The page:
CBD consumers buy from a wide range of online and brick-and-mortar stores. To date, consumers have been shopping brand websites (31%), online retailers (24%),... Will consumers accept CBD at grocery stores?

CBD consumers buy from a wide range of online and brick-and-mortar stores. To date, consumers have been shopping brand websites (31%), online retailers (24%), and natural foods stores (21%), plus cannabis dispensaries (31%). But we’ve reached a pivot point. Many convenience stores have embraced CBD and, thanks to the misadventures of Curaleaf with the FDA, we all know CBD has begun permeating into drug store chains like CVS. Can and should food stores participate as well? Numerous chains are already testing the waters.

But if grocery stores are to fully capitalize on the CBD boom, two consumer groups will be key: current CBD consumers looking for trusted, familiar sources and potential CBD consumers seeking lower prices and easier access.

Over half (54%) of current consumers have used CBD for less than one year. Thus shopping routines and loyalty haven’t cemented. Nor are these consumers necessarily happy with today’s options. Thirty-two percent would be more likely to buy from a grocery store if available. Further, a full two-thirds of current consumers are open to CBD products from well-known brands. Encountering CBD at a local grocery store, if properly executed, will not be off-putting.

New consumers will fuel explosive growth in the CBD market. Per our latest study, roughly 40 percent of U.S. adults would try CBD. Grocery stores are positioned to leverage two motivating factors reported by potential consumers: lower prices (46%) and easier access (42%). Potential consumers want accessible prices and familiar products. Packaged baked goods (cookies, etc.), chocolates, capsules, gummies, and candy make up the top five most desired products for these consumers. All are well suited to spanning a range of price points. Grocery stores also solve for easier access by having a “location, location, location” in closer proximity to consumers than many specialty stores and cannabis dispensaries. Not that this will matter much until the FDA takes a position, but these are the longer-term growth scenarios some brands are contemplating.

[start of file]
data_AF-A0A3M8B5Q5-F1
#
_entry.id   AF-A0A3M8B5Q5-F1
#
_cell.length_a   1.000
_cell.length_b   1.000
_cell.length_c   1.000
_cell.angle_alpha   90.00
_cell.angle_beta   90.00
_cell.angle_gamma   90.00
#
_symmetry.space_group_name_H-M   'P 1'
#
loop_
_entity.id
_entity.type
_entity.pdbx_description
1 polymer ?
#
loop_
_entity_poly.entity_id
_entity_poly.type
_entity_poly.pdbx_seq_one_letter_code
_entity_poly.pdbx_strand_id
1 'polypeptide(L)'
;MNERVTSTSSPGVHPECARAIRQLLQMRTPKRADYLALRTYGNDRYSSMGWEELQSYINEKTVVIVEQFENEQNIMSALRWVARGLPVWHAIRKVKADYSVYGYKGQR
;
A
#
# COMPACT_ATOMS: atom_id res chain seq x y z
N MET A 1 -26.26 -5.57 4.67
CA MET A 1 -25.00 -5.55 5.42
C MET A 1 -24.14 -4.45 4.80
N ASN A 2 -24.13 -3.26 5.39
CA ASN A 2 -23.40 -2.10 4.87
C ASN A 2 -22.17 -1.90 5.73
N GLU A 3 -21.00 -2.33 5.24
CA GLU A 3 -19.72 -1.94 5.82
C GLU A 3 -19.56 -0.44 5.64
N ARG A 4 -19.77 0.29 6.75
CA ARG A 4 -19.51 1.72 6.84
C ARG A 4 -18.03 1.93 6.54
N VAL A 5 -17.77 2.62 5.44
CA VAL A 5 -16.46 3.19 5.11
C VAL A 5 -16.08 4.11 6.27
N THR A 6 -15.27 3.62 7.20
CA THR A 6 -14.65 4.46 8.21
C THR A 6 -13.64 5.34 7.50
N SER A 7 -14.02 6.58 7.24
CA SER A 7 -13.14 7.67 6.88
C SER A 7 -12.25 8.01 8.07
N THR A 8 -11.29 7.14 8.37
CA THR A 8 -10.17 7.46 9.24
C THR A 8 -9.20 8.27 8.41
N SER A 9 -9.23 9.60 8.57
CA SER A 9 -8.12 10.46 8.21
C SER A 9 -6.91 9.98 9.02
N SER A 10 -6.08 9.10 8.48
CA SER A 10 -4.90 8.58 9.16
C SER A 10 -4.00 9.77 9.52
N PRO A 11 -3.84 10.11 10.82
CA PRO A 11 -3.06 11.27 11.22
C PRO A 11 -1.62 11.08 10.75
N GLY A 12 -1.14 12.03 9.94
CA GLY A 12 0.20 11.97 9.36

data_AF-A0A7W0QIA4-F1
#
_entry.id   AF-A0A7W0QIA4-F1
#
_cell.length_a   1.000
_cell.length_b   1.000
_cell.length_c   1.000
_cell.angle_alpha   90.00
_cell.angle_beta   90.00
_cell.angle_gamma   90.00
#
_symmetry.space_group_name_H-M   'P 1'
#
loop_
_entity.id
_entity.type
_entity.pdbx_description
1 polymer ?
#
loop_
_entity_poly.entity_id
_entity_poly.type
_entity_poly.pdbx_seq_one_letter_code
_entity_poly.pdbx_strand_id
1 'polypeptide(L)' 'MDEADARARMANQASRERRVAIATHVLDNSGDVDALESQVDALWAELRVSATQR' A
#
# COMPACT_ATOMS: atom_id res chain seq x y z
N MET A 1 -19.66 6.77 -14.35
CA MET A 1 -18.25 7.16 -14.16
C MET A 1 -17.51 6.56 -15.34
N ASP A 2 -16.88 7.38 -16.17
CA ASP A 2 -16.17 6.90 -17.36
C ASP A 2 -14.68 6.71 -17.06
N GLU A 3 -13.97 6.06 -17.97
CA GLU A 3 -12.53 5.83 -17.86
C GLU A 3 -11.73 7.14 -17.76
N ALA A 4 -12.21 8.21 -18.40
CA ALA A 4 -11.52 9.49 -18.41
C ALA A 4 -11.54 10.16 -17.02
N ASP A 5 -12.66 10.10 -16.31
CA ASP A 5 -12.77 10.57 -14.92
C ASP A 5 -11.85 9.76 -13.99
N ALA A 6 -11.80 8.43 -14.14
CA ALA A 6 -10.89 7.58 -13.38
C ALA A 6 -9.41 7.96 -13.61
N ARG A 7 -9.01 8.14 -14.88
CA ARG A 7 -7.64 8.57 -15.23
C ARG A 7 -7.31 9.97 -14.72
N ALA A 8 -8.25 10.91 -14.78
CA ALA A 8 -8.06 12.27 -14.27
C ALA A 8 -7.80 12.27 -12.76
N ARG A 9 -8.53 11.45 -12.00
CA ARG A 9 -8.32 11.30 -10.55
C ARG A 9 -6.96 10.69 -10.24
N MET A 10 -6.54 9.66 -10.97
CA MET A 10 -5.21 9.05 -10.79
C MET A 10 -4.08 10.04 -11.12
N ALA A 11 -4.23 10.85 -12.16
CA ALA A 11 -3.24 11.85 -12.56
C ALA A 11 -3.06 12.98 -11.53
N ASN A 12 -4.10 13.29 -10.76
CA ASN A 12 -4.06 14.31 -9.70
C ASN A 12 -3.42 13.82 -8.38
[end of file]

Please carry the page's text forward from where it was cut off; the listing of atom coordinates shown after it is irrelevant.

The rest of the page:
For any of this to work, stores must address a gap in education and trust among consumers. Grocery stores aren’t the first go-to for consumers seeking personalized service and recommendations. For that reason alone, chain stores with hundreds of locations don’t look like a promising fit for tomorrow’s CBD consumer. But stores for which customer engagement is part of the chain’s identify? With aisles of wellness products? That could work. Consultative front-line employees have a gap to fill: fewer than twenty percent of current CBD consumers express confidence in the information printed on pack. Similarly, only one third are confident in the safety of CBD products. Stores should take a multipronged approach to solving such concerns via in-store communication, consumer-friendly online materials, and upskilling associates. Shoppers need to feel that the stores they shop and the brands they are growing to trust are working to reduce if not eliminate the trial-and-error process of finding a well-suited CBD product currently entails. And for that to happen, CBD brands will need to borrow from the consumer package goods market: investing in collaborative marketing campaigns, building online educational material with (or on behalf of) retail customers, and presenting personalized promotions.

How was this data collected?

The CBD Consumer Experience insights report series draws from an online national representative (mobile and desktop) survey of U.S. adults aged 21+. The survey was fielded January 14-23, 2019 among 2,000 consumers, 1,500 of whom reported currently using CBD products.

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